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Re: #306: does etag value really use quoted-string

From: Amos Jeffries <squid3@treenet.co.nz>
Date: Tue, 06 Sep 2011 17:33:59 +1200
Message-ID: <4E65B0C7.8070307@treenet.co.nz>
To: ietf-http-wg@w3.org
On 06/09/11 01:27, Julian Reschke wrote:
> On 2011-09-05 15:17, Yves Lafon wrote:
>> On Thu, 1 Sep 2011, Julian Reschke wrote:
>>
>>>
>>> 2.3. ETag
>>>
>>> The ETag header field provides the current entity-tag for the
>>> selected representation. An entity-tag is an opaque validator for
>>> differentiating between multiple representations of the same
>>> resource, regardless of whether those multiple representations are
>>> due to resource state changes over time, content negotiation
>>> resulting in multiple representations being valid at the same time,
>>> or both. An entity-tag consists of an opaque quoted string, possibly
>>> prefixed by a weakness indicator.
>>>
>>> ETag = entity-tag
>>>
>>> entity-tag = [ weak ] opaque-tag
>>> weak = %x57.2F ; "W/", case-sensitive
>>> opaque-tag = DQUOTE *etagc DQUOTE
>>> etagc = %x21 / %x23-7E / obs-text
>>> ; VCHAR except double quotes, plus obs-text
>>
>> How about removing %x5C as well '\' and note that implementations were
>> not handling \ as a quoted-string as it was defined before, leading to
>> non-interoperable parsing of such ETags.
>> ...
>
> The reason I didn't do it is that I really don't believe \ is
> non-interoperable in practice, as the clients really do not treat the
> (most?) etags as quoted strings but as opaque values; in which case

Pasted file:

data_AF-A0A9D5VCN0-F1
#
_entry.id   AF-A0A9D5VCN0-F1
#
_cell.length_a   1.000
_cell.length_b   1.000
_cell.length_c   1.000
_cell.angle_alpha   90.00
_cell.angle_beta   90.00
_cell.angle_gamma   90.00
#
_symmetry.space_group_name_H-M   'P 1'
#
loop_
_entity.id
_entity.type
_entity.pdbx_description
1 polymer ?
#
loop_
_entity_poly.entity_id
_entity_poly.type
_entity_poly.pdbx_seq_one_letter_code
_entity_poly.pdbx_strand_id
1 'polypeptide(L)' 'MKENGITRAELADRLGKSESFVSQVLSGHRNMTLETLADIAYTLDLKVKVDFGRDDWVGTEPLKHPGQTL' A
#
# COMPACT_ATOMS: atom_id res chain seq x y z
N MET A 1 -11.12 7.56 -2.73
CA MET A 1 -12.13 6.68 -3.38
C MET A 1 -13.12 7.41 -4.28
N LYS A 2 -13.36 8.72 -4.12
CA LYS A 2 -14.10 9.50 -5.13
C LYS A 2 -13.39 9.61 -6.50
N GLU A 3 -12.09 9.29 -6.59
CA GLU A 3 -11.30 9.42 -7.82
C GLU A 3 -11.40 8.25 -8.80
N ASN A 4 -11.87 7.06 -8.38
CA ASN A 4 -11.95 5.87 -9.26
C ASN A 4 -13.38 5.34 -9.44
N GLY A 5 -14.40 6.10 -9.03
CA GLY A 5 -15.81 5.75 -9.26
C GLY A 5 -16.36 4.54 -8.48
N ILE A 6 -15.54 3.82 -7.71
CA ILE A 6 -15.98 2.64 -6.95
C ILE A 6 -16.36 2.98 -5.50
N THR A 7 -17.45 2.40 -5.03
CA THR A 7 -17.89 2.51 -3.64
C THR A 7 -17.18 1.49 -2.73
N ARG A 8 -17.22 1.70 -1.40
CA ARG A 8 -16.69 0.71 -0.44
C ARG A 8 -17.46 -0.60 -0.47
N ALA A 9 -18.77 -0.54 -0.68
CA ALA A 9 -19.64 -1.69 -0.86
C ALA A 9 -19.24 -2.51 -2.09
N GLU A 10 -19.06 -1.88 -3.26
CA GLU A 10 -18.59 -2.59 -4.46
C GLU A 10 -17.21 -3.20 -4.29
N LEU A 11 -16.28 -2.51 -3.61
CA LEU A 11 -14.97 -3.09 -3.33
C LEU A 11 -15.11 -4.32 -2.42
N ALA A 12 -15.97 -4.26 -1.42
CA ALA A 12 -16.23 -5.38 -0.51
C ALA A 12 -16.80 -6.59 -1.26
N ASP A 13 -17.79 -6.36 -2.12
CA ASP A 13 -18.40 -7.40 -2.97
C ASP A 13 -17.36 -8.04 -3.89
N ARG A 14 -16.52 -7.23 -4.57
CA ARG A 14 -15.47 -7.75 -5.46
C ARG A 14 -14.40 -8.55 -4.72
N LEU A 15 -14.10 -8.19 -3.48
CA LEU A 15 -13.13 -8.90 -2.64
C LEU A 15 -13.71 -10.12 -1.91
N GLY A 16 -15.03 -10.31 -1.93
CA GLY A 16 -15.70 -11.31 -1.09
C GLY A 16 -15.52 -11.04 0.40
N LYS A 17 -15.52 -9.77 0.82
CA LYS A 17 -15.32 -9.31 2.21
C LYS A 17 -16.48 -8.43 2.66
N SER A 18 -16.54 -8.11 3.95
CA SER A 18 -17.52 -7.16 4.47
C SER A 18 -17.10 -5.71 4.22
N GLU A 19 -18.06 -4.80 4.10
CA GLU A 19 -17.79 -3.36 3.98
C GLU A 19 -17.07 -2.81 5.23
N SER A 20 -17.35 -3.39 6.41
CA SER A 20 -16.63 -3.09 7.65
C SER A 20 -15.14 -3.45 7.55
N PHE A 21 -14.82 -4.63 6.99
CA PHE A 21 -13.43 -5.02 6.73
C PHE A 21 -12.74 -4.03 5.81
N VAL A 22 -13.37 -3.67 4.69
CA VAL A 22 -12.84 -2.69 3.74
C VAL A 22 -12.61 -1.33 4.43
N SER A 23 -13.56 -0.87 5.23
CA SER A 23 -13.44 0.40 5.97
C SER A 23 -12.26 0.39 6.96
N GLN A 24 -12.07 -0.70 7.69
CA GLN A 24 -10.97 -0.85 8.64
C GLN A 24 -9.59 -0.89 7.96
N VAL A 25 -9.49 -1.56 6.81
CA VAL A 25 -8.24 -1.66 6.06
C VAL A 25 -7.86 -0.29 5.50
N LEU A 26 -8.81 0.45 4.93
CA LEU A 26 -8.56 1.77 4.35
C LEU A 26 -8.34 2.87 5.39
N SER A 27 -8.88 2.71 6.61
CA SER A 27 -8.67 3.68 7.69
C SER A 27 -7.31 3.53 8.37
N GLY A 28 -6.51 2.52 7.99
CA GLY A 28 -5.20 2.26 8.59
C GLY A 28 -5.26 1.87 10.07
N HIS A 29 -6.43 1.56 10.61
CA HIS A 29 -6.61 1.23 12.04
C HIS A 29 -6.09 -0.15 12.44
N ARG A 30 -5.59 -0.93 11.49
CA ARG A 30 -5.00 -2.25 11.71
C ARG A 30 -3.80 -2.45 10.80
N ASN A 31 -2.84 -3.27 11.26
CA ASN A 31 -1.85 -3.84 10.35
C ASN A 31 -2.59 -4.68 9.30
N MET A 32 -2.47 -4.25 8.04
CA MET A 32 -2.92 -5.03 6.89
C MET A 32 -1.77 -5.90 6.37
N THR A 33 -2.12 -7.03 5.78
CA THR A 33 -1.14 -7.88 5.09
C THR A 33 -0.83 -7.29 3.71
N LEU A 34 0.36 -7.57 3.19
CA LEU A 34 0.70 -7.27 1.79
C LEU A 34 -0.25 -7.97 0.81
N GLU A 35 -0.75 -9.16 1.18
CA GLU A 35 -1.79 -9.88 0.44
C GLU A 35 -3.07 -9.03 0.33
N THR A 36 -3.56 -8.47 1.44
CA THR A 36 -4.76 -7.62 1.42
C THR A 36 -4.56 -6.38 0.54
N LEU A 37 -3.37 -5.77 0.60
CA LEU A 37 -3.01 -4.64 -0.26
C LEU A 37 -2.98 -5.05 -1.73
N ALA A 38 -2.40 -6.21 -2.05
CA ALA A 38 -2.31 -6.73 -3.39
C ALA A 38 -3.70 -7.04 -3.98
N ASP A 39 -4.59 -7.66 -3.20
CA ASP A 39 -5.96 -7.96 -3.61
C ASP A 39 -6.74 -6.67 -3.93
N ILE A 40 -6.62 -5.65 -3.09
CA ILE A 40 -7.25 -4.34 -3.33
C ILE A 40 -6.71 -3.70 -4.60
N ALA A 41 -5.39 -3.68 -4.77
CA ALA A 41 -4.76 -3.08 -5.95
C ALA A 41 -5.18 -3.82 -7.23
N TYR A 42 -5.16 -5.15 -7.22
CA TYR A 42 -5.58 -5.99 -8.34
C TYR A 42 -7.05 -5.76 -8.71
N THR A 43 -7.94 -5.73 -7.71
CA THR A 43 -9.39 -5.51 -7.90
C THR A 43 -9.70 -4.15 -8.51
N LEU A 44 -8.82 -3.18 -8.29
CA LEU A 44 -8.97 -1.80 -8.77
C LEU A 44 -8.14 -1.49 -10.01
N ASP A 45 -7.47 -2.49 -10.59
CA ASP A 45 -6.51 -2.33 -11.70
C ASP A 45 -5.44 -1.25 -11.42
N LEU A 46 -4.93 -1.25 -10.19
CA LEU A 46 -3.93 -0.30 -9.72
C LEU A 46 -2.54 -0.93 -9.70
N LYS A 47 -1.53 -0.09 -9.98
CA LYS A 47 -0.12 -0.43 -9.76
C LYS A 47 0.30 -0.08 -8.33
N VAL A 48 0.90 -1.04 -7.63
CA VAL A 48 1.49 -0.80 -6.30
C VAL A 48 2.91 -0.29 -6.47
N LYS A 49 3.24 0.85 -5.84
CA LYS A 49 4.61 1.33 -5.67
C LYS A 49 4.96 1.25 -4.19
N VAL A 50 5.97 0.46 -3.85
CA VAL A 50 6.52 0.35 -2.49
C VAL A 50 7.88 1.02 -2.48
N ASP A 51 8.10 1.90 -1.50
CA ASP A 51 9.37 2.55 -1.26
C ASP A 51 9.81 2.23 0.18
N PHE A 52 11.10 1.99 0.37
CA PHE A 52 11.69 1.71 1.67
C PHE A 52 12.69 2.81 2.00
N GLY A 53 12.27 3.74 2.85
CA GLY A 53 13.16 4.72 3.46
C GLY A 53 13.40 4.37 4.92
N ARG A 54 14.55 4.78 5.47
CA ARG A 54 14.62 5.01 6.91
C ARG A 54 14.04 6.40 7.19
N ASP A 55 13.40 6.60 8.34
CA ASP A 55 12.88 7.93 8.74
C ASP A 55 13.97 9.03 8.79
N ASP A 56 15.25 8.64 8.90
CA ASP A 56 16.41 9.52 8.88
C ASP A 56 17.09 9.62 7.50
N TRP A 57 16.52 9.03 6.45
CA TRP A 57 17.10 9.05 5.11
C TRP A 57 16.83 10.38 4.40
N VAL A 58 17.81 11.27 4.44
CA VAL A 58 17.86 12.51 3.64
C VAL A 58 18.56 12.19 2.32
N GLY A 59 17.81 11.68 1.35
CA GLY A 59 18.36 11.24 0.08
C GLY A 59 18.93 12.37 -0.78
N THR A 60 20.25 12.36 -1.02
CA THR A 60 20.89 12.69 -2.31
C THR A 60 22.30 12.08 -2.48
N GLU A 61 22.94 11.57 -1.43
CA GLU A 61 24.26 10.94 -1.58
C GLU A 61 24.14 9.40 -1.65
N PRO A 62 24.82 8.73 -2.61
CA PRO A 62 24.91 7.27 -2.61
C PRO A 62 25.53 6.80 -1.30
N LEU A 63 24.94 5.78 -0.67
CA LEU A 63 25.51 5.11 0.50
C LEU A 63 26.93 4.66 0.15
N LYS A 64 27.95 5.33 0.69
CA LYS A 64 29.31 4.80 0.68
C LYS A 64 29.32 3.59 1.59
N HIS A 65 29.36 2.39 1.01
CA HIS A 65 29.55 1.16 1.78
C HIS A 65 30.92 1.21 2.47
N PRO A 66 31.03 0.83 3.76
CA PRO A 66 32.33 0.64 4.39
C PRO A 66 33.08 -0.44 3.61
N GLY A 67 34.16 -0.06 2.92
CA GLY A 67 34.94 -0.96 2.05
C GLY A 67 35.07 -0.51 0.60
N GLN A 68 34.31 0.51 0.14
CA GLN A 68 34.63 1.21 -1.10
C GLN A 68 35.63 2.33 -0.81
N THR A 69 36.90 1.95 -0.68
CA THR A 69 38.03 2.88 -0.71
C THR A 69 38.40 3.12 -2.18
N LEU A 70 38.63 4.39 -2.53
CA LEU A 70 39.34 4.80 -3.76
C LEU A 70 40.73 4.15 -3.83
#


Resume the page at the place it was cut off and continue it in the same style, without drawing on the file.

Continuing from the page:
> there is no problem in practice...
>

I am also struggling to understand what the interoperability problem 
here is that can't be fixed with regular software compliance updates.

The broken pieces are already non-compliant with RFC 2616 quoted-string 
definitions. So no problem making anything existing suddenly 
non-compliant by keeping them. Quite the opposite, removing 
quoted-string makes all the existing un-escaping software non-compliant.
  I'm thinking Squid here where we have rolled out quoted-string escape 
handling into the recent stable releases of all popular distros to meet 
the RFC 2616 compliance checklist. This unescaping will be hitting the 
Enterprise sector in the next upgrade cycle.


There was an analysis posted of UA agents behaviour earlier, which is 
useful info but seems irrelevant to any visible problem. UA is handling 
only its own cache. Middleware which is opaque will be less efficient, 
but work. It is the servers alone which will have to handle a mix of 
correctly unescaped and opaque traffic inbound. Especially if escaping 
was originally done wrong by the itself or its mirrors (\Z \G etc).
  Worst case there seems to be inefficiency and excess server load on 
the broken machinery itself.

If I have missed something, perhapse one of you pushing for removal of 
quoted-string can explain for me?

AYJ
Received on Tuesday, 6 September 2011 05:34:51 GMT

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